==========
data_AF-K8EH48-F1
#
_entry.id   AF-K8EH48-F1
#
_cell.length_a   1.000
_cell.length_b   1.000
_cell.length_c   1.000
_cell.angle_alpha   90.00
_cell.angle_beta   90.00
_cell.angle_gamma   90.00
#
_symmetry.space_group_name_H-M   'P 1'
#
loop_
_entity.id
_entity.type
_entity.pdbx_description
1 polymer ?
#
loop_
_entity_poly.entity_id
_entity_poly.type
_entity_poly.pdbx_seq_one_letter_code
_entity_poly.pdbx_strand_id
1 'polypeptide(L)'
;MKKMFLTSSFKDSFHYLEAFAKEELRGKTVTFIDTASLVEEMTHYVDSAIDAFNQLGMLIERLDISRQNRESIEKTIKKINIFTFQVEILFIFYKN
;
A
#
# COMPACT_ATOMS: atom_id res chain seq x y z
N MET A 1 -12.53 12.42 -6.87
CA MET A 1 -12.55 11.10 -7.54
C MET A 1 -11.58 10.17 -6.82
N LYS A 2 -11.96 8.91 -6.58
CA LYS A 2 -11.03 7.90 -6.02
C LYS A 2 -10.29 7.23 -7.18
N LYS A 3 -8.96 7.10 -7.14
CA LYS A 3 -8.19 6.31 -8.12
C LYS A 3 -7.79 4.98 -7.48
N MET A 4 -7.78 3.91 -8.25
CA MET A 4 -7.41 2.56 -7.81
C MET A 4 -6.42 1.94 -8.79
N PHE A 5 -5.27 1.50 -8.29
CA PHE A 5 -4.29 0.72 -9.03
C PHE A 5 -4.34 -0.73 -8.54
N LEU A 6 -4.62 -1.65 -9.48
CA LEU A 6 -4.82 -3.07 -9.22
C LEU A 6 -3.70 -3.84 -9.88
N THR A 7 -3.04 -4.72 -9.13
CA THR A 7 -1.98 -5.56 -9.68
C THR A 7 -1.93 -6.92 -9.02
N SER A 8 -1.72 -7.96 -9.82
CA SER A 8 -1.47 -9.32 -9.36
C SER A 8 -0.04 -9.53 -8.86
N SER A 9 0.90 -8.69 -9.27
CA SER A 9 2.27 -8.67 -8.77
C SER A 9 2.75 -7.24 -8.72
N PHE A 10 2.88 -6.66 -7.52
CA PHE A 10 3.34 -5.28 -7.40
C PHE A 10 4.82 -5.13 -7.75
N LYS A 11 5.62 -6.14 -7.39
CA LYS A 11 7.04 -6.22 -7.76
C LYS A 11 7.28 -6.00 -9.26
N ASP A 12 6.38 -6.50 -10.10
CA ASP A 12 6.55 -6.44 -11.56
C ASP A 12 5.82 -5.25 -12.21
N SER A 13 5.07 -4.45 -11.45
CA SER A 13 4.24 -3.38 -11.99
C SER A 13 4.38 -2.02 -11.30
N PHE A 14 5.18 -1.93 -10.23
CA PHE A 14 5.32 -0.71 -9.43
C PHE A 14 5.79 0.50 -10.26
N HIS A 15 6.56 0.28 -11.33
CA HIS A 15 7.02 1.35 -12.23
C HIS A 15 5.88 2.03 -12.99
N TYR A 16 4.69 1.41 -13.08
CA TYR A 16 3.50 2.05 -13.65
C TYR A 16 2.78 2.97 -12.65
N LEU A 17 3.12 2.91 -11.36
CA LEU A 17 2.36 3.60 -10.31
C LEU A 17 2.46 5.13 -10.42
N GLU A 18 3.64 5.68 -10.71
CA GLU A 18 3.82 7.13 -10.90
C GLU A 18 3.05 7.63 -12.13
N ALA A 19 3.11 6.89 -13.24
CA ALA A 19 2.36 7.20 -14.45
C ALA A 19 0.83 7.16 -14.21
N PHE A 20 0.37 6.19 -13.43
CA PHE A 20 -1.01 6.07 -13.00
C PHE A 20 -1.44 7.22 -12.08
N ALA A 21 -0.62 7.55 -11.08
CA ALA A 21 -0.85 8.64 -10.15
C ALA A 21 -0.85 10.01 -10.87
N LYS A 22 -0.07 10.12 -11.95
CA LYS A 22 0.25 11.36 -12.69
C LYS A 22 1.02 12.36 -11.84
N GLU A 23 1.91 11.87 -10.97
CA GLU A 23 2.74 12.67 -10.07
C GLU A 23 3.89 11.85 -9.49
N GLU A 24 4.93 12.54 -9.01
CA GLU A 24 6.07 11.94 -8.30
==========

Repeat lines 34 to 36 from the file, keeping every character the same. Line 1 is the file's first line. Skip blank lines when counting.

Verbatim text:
N LYS A 2 -11.96 8.91 -6.58
CA LYS A 2 -11.03 7.90 -6.02
C LYS A 2 -10.29 7.23 -7.18